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I bonds: Inflation's bright side

For at least five years, one of the topic questions asked by clients has been something like this: "Isn't there someplace I can park my cash and earn at least 4% with no risk?"

Until recently, the truthful answer has been no. At a time of record-low interest rates, there was no free lunch. Earning more than 1 percent or so required taking some degree of investment risk.

That has changed for at least a little while now thanks to the recent spike in inflation. U.S. government Series I bonds currently yield 7.12%, an eye-popping figure compared to the 0.50% you might earn on an FDIC-insured bank savings account.

I bonds are a form of U.S. savings bonds issued by the U.S Treasury that are designed to offer a guaranteed rate of return that keeps up with inflation. If you are sitting on some excess cash that you do not expect to need within the next 12 months, you may want to consider an I bonds purchase through the federal government's Treasury Direct web site.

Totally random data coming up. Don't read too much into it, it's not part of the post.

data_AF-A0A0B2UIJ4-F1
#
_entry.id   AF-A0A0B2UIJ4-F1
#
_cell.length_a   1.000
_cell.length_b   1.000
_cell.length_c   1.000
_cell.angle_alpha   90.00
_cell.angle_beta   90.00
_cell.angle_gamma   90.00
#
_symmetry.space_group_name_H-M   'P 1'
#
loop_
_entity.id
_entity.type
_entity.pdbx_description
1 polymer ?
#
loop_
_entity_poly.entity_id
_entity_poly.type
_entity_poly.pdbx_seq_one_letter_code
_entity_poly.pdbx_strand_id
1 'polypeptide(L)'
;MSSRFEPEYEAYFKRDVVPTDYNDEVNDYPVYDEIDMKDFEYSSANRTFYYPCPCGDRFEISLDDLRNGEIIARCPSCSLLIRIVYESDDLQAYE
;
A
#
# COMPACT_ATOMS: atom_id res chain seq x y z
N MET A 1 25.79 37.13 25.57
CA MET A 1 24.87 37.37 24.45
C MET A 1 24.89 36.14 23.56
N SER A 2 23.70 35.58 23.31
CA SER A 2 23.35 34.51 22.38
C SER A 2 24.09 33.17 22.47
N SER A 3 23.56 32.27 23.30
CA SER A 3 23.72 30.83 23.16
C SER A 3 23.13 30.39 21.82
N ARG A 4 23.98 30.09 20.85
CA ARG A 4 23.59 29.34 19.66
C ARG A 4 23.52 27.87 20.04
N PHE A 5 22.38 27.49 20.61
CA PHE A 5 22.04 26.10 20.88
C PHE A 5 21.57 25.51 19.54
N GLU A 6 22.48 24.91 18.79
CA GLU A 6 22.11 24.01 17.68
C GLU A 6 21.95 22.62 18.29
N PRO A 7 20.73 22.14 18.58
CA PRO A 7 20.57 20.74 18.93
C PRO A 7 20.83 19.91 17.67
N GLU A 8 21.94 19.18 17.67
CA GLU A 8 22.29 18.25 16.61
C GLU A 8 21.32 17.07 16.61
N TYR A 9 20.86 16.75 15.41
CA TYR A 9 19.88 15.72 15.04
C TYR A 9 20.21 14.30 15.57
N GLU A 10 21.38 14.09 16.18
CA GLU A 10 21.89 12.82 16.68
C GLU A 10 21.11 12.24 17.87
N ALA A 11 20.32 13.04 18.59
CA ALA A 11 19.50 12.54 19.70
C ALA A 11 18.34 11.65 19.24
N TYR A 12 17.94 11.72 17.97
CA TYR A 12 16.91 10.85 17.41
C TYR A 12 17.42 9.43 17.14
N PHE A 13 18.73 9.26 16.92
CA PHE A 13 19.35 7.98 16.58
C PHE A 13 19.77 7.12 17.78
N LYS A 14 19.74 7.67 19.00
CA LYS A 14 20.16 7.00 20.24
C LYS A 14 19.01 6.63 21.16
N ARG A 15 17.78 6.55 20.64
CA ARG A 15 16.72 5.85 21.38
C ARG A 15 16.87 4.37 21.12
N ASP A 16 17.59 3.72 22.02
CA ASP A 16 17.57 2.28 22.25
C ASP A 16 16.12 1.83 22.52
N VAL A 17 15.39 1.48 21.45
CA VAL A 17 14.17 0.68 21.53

Before thinking Series I bonds are the answer to all your savings needs, there are several major caveats to keep in mind:

  • The 7.12% rate currently being paid is only good for the first six months after purchase for bonds bought before the end of April. In May, a new rate will be set that could be higher or lower than the current rate, depending upon inflation at the time.
  • Purchases of electronic I bonds through the Treasury Direct web site are limited to $10,000 per year per person. A married couple together can buy $20,000 worth but each spouse will require their own Treasury Direct account. An extra $5,000 in paper I bonds can be purchased using a federal tax refund.
  • I bonds cannot be cashed in for 12 month after purchase, meaning you should not buy any with cash you expect to need during that time period.  Also, you will lose the last three months of interest if the bonds are cashed in less than five years after purchase.

Returns from savings bonds are exempt from both local and state taxes, and may be tax exempt if they are to be used for higher education purposes.

For more details on purchasing I bonds, visit this Treasury Direct page

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